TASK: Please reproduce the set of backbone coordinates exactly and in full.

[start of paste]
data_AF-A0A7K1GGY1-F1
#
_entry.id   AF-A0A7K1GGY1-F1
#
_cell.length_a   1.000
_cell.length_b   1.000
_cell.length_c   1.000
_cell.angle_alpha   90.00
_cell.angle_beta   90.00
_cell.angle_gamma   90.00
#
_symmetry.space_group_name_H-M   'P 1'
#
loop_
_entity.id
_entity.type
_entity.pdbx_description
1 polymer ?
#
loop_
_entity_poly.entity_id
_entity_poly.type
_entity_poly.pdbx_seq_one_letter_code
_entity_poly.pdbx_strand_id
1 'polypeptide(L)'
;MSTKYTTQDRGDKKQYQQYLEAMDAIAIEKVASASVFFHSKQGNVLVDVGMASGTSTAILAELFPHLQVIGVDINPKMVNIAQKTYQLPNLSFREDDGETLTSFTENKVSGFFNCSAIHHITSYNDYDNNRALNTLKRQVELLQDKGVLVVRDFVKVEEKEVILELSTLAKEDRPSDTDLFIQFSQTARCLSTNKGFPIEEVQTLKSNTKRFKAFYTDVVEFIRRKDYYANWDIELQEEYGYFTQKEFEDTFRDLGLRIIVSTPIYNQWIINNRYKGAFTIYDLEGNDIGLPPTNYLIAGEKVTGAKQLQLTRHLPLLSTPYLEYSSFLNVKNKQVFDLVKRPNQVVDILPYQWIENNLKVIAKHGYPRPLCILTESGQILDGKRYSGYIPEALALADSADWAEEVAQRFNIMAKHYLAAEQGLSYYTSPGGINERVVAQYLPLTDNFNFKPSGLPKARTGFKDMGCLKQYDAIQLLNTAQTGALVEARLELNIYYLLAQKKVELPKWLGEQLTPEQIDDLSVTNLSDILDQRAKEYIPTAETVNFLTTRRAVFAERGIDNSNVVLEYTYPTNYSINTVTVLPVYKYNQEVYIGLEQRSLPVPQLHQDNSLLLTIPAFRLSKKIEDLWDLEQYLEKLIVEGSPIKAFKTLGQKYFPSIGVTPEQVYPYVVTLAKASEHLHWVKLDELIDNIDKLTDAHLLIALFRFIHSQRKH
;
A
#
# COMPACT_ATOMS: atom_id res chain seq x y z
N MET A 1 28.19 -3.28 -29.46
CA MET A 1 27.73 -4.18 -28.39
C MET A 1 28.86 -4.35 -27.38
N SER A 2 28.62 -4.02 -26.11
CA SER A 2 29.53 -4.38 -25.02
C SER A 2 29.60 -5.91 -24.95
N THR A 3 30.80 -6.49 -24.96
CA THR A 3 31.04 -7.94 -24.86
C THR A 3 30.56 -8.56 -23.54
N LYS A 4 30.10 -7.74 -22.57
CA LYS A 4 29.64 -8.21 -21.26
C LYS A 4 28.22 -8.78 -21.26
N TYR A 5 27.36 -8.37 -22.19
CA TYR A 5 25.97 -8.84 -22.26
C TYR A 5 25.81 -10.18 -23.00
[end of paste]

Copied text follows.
data_AF-A0A7K1GGY1-F1
#
_entry.id   AF-A0A7K1GGY1-F1
#
_cell.length_a   1.000
_cell.length_b   1.000
_cell.length_c   1.000
_cell.angle_alpha   90.00
_cell.angle_beta   90.00
_cell.angle_gamma   90.00
#
_symmetry.space_group_name_H-M   'P 1'
#
loop_
_entity.id
_entity.type
_entity.pdbx_description
1 polymer ?
#
loop_
_entity_poly.entity_id
_entity_poly.type
_entity_poly.pdbx_seq_one_letter_code
_entity_poly.pdbx_strand_id
1 'polypeptide(L)'
;MSTKYTTQDRGDKKQYQQYLEAMDAIAIEKVASASVFFHSKQGNVLVDVGMASGTSTAILAELFPHLQVIGVDINPKMVNIAQKTYQLPNLSFREDDGETLTSFTENKVSGFFNCSAIHHITSYNDYDNNRALNTLKRQVELLQDKGVLVVRDFVKVEEKEVILELSTLAKEDRPSDTDLFIQFSQTARCLSTNKGFPIEEVQTLKSNTKRFKAFYTDVVEFIRRKDYYANWDIELQEEYGYFTQKEFEDTFRDLGLRIIVSTPIYNQWIINNRYKGAFTIYDLEGNDIGLPPTNYLIAGEKVTGAKQLQLTRHLPLLSTPYLEYSSFLNVKNKQVFDLVKRPNQVVDILPYQWIENNLKVIAKHGYPRPLCILTESGQILDGKRYSGYIPEALALADSADWAEEVAQRFNIMAKHYLAAEQGLSYYTSPGGINERVVAQYLPLTDNFNFKPSGLPKARTGFKDMGCLKQYDAIQLLNTAQTGALVEARLELNIYYLLAQKKVELPKWLGEQLTPEQIDDLSVTNLSDILDQRAKEYIPTAETVNFLTTRRAVFAERGIDNSNVVLEYTYPTNYSINTVTVLPVYKYNQEVYIGLEQRSLPVPQLHQDNSLLLTIPAFRLSKKIEDLWDLEQYLEKLIVEGSPIKAFKTLGQKYFPSIGVTPEQVYPYVVTLAKASEHLHWVKLDELIDNIDKLTDAHLLIALFRFIHSQRKH
;
A
#
# COMPACT_ATOMS: atom_id res chain seq x y z
N MET A 1 28.19 -3.28 -29.46
CA MET A 1 27.73 -4.18 -28.39
C MET A 1 28.86 -4.35 -27.38
N SER A 2 28.62 -4.02 -26.11
CA SER A 2 29.53 -4.38 -25.02
C SER A 2 29.60 -5.91 -24.95
N THR A 3 30.80 -6.49 -24.96
CA THR A 3 31.04 -7.94 -24.86
C THR A 3 30.56 -8.56 -23.54
N LYS A 4 30.10 -7.74 -22.57
CA LYS A 4 29.64 -8.21 -21.26
C LYS A 4 28.22 -8.78 -21.26
N TYR A 5 27.36 -8.37 -22.19
CA TYR A 5 25.97 -8.84 -22.26
C TYR A 5 25.81 -10.18 -23.00